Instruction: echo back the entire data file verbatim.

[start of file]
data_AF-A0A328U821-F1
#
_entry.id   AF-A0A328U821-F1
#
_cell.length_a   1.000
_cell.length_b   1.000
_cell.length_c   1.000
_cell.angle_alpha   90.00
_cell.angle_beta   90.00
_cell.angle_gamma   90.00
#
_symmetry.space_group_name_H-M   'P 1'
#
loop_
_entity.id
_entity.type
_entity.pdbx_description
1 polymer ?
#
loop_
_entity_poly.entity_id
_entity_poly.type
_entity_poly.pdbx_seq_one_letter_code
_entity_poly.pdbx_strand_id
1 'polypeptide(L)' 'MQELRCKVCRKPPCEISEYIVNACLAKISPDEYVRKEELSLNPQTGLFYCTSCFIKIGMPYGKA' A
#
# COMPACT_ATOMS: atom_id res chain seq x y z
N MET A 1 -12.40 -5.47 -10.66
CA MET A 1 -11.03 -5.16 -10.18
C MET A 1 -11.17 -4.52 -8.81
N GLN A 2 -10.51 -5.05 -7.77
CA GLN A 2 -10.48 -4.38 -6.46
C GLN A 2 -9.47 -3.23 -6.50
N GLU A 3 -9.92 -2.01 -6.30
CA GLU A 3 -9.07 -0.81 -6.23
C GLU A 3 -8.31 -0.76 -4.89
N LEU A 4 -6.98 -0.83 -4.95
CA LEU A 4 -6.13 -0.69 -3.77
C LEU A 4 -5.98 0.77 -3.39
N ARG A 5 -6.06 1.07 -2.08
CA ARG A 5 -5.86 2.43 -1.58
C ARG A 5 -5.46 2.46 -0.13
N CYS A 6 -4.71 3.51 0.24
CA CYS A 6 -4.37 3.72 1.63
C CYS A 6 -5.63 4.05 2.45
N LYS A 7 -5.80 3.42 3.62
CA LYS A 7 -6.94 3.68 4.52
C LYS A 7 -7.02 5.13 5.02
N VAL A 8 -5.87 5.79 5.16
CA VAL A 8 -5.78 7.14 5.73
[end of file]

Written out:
data_AF-A0A328U821-F1
#
_entry.id   AF-A0A328U821-F1
#
_cell.length_a   1.000
_cell.length_b   1.000
_cell.length_c   1.000
_cell.angle_alpha   90.00
_cell.angle_beta   90.00
_cell.angle_gamma   90.00
#
_symmetry.space_group_name_H-M   'P 1'
#
loop_
_entity.id
_entity.type
_entity.pdbx_description
1 polymer ?
#
loop_
_entity_poly.entity_id
_entity_poly.type
_entity_poly.pdbx_seq_one_letter_code
_entity_poly.pdbx_strand_id
1 'polypeptide(L)' 'MQELRCKVCRKPPCEISEYIVNACLAKISPDEYVRKEELSLNPQTGLFYCTSCFIKIGMPYGKA' A
#
# COMPACT_ATOMS: atom_id res chain seq x y z
N MET A 1 -12.40 -5.47 -10.66
CA MET A 1 -11.03 -5.16 -10.18
C MET A 1 -11.17 -4.52 -8.81
N GLN A 2 -10.51 -5.05 -7.77
CA GLN A 2 -10.48 -4.38 -6.46
C GLN A 2 -9.47 -3.23 -6.50
N GLU A 3 -9.92 -2.01 -6.30
CA GLU A 3 -9.07 -0.81 -6.23
C GLU A 3 -8.31 -0.76 -4.89
N LEU A 4 -6.98 -0.83 -4.95
CA LEU A 4 -6.13 -0.69 -3.77
C LEU A 4 -5.98 0.77 -3.39
N ARG A 5 -6.06 1.07 -2.08
CA ARG A 5 -5.86 2.43 -1.58
C ARG A 5 -5.46 2.46 -0.13
N CYS A 6 -4.71 3.51 0.24
CA CYS A 6 -4.37 3.72 1.63
C CYS A 6 -5.63 4.05 2.45
N LYS A 7 -5.80 3.42 3.62
CA LYS A 7 -6.94 3.68 4.52
C LYS A 7 -7.02 5.13 5.02
N VAL A 8 -5.87 5.79 5.16
CA VAL A 8 -5.78 7.14 5.73